As I recall you are using a D3400/D3500? but it would help if you narrowed down the lens, sometimes the weight of the lens is a mismatch for the body and you have to rely on the lens foot to balance the rig. I suspect you are going to get lots of advice so I will back off for now.

Ah, so the lighter camera might be causing a problem?  Yes, I'm using a D3400 right now.  What do you mean by narrow down the lens?

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Posted (edited)
18 minutes ago, The Bird Nuts said:

I did that, too.  I basically had to hold the entire lens with two fingers while I zoomed in in order to keep my other fingers on the shutter and exposure compensation buttons.  It kind of hurt after a while.  Maybe that's just what I'm going to have to do.

This is how I was holding it (see 8th photo down):  https://photographylife.com/tips-on-photographing-hand-held-with-telephoto-lenses

Difficult to zoom at the same time...at least for a relatively small person like me. 🙁

Edited by The Bird Nuts

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1 minute ago, akandula said:

Couldn't you hold the camera grip? You should be able to screw the foot in to make it stay there.

I'm afraid that if I held the camera grip while I zoomed in it would put way too much weight on the mounting point and possibly damage the camera.

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10 minutes ago, The Bird Nuts said:

What do you mean by narrow down the lens?

Just trying to pin down the physical specs. of the lens in order to balance the setup.

However I am going to suggest you should seriously  think about finding a new/used/refurbished D7200 body, in my humble opinion the best enthusiast Nikon crop body to date (I use a D7200 and a D7500).  I can see the track you are on and you will soon become frustrated with the D3400 (fantastic sensor and all round camera, but..).

1 minute ago, The Bird Nuts said:

I'm afraid that if I held the camera grip while I zoomed in it would put way too much weight on the mounting point and possibly damage the camera.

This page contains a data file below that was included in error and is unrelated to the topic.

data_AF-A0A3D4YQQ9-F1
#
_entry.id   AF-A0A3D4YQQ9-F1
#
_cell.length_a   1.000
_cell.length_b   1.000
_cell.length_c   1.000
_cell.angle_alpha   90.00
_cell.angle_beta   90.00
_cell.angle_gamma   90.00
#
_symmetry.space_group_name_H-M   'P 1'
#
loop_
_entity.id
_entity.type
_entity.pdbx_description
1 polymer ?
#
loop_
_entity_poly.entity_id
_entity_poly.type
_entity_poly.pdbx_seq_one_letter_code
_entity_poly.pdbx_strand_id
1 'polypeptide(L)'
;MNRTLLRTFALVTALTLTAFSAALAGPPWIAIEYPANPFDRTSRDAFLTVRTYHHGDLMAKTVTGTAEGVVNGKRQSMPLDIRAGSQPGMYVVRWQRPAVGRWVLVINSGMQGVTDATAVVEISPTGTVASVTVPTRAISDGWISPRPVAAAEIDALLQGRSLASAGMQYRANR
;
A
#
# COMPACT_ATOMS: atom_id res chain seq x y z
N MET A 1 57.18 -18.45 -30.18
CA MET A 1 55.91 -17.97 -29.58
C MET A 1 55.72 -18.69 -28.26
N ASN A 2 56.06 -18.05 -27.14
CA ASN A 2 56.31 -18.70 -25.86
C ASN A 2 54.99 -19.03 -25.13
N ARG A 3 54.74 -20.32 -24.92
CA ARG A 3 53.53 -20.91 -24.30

As I was suggesting your camera and lens are mismatched, although you can get around this in the short term (add an extender to the lens foot), but seriously think about my previous suggestions, you won't regret it.

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Thanks @RobinHood.  I think I get what you're saying, at least partially.  It will be easier to zoom if there is more weight at the back.  I don't understand why a longer foot would be better, though.  I was looking at getting a D7500 in the future.  But that will make the whole rig even heavier. 😬

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When I had a long lens to carry, I used to rotate the tripod collar so the foot was right on top of the lens out of the way of all controls, and then I could use the tripod foot as a handle for carrying the camera. When the tripod foot was too small to use as a handle, I used a 4 or 5 inch extension plate lengthening the holding/mounting area. When I used a camera strap, attached to the camera, it was a wide deluxe model that I would swing off to the side and then help support the lens with my hand. I prefer the strap attached to the tripod foot, but haven't always been able to connect them that way.